When I was in graduate school, I wrote my final thesis on teaching literature to teens. I designed an experiment to determine if, by reading certain novels, one could teach or strengthen certain values in the students, such as tolerance. I didn’t have to carry out the experiment, just create the idea, so I don’t know if it would have worked. I often wonder if it would.
I do know that a story can open one’s mind, or the doors of communication. A story can make you feel less alone in the world, or give you a plan of action when everything seems dark and impossible. This works especially well with very young children dealing with sad or scary situations.
The McClintic Library received a large order of new picture books, many of which are not only great stories, but send a message of some kind.
“The Goodbye Cancer Garden‚“ by Janna Matthies tells the story of two children who learn that their mother has breast cancer. Her doctor tells them that she should be feeling better by pumpkin time. This inspires the little girl to decide to plant a garden, keeping everyone involved and busy‚ and by the time the pumpkins are ready, her mother will be feeling better, too.
Pet deaths are never easy to deal with.
“The Day Tiger Rose said Goodbye‚“ by Jane Yolen tells the story of Tiger Rose, an elderly cat who is getting more and more tired. When she realizes that today is her last day, she spends it saying goodbye to her people and surroundings, and then peacefully lies down under the rose bush to quietly pass away.
What about a new baby in the house? This isn’t always exciting for everyone.
“Bear with Me,” by Max Kornell tells how a young boy feels when, out of the blue, his parents bring home a bear to live with the family. More importantly, this new bear shares the boy’s room! The boy is supposed to let him play with his toys!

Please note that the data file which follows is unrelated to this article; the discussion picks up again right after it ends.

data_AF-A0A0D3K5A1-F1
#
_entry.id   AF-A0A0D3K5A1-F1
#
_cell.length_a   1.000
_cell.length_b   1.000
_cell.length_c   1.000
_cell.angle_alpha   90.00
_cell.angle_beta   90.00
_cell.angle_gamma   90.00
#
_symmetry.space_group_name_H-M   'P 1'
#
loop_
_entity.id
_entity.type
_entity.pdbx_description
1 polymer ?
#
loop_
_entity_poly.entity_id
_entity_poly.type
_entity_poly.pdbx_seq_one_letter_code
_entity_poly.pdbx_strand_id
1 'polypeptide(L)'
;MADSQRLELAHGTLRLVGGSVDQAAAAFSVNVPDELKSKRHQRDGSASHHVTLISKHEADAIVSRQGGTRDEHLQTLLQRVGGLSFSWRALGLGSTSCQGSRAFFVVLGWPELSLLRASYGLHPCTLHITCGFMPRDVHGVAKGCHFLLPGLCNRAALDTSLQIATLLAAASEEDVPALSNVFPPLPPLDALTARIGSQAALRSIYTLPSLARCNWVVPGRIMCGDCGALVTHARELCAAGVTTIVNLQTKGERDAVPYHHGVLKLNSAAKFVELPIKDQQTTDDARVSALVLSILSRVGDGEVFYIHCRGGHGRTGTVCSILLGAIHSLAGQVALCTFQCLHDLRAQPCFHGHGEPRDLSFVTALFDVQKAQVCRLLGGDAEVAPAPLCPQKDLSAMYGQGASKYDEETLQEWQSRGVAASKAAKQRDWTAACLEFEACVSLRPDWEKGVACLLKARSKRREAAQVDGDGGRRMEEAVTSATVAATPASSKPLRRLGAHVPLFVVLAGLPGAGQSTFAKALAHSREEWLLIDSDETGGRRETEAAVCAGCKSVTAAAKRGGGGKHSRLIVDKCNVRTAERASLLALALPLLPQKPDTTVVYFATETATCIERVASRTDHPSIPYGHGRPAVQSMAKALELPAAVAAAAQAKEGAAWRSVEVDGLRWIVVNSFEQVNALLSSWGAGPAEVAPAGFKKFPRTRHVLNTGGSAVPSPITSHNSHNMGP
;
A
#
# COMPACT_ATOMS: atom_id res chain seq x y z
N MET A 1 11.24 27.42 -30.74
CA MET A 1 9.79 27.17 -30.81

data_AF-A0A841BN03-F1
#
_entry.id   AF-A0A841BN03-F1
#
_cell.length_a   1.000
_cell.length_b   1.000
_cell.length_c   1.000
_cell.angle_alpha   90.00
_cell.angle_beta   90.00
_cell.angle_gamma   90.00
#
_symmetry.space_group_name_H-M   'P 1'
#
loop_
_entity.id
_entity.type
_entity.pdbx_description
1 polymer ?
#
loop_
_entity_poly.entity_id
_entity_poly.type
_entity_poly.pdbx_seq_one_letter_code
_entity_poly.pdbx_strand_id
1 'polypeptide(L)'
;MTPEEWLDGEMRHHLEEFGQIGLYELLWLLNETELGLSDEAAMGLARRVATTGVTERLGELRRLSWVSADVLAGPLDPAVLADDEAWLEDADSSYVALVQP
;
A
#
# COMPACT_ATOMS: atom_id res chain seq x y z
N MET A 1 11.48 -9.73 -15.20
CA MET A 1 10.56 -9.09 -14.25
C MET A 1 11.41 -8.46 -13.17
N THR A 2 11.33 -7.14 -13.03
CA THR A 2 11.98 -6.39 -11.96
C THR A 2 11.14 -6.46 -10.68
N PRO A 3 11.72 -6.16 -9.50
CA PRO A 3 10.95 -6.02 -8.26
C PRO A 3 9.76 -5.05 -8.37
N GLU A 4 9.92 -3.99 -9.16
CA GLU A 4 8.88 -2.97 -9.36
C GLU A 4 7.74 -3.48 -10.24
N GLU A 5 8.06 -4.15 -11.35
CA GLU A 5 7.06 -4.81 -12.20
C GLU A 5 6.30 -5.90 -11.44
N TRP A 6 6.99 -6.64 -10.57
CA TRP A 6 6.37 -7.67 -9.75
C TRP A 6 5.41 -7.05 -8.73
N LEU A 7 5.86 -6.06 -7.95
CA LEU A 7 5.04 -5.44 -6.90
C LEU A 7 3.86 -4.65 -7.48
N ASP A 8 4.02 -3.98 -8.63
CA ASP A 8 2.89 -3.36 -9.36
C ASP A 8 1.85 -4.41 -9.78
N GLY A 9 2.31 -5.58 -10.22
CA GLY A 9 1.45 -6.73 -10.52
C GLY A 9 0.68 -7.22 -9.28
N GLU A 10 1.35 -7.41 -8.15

“They didn’t even ask me,” complains the boy. “I thought our family was fine just like it was.” Gentle humor works well in showing how a new bear‚ can be a good thing.
Can a picture book help you convey certain values to young children? I believe so.
“The Scrawny Cat‚“ by Phyllis Root shows how rewarding it can be to treat animals with compassion and kindness. “Can We Save the Tiger?” is a gorgeously illustrated book highlighting both extinct and endangered animals, and what we can do to help save them.”
“When Jackie and Hank Met,” by Cathy Fishman tells the true story of two baseball greats: Jackie Robinson, the first African American major league player, and Hank Greenberg, the first Jewish player. Both men experienced the injustice of prejudice and discrimination, and this story highlights how we should be tolerant of others.
¬†When it‚Äôs difficult to know where to start, think of a good story. Sharing such books with children will open their minds to other, better possibilities, and also create a way for you to talk to them about the big topics, like cancer or discrimination.
Let a book help you begin that hard conversation, or introduce the values we all want our children to understand and exhibit.